But when he thrust his beak into the cool turf to refresh himself a little, his eye fell upon the daisy, who was trying so hard to speak to him. He kissed her with his beak, and said, "You must also wither in here, poor little flower. They've given me you and your little patch of green grass instead of the whole world that was mine out there! Every little blade of your grass shall be a green tree for me, and every one of your white leaves a fragrant flower. Ah, seeing you only tells me again how much I have lost!"
"Oh, if I could only help him and comfort him!" thought the daisy.
She couldn't move a leaf, but the scent that streamed forth from her delicate leaves was far stronger than a daisy ever gave forth before. The lark noticed it, and though in his thirst and pain he plucked at the blades of grass, he did not touch the flower.
The evening came, and still nobody appeared to bring the bird a single drop of water. At last the lark stretched out his pretty wings and beat the air desperately; his song changed to a mournful peeping; his little head sank down toward the flower, and his little bird's heart broke with want and yearning. And the flower couldn't fold its leaves and sleep, as she had done the night before; she too drooped sorrowful and sick towards the earth.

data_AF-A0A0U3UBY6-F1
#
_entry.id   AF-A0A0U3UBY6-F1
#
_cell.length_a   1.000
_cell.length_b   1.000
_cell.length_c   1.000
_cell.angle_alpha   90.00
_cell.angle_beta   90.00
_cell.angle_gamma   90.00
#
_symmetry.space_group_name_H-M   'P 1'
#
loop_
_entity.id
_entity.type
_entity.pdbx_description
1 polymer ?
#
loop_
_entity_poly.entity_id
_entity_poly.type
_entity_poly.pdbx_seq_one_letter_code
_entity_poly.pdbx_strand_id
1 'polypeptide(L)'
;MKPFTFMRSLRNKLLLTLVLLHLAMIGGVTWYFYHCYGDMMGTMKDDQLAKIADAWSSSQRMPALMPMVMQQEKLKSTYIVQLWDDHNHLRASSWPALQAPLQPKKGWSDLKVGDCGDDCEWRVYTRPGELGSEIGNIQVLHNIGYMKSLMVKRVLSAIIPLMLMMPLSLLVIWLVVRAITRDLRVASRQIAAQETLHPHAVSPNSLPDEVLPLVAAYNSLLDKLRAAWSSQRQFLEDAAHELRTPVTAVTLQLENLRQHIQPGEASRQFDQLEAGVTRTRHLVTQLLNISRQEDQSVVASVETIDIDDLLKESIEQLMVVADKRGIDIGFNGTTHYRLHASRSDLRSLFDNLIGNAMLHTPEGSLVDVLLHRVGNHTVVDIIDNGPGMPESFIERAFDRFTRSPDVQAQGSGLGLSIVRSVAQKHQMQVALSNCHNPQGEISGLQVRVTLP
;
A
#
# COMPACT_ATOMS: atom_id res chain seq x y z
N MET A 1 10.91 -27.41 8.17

It wasn't until the next morning that the boys came; and when they found the bird dead, they wept many tears and dug him a neat grave, adorned with leaves and flowers. They put him into a pretty red box, for the poor bird was to have a royal funeral. While he was alive and singing they forgot him and let him sit in a cage and suffer; but now that he was dead, he was to have many tears and a royal funeral.
But the patch of turf with the little daisy on it was thrown out into the dusty road; and no one thought any more of the flower that had felt the deepest for the little bird, and had tried so hard to console him and help him.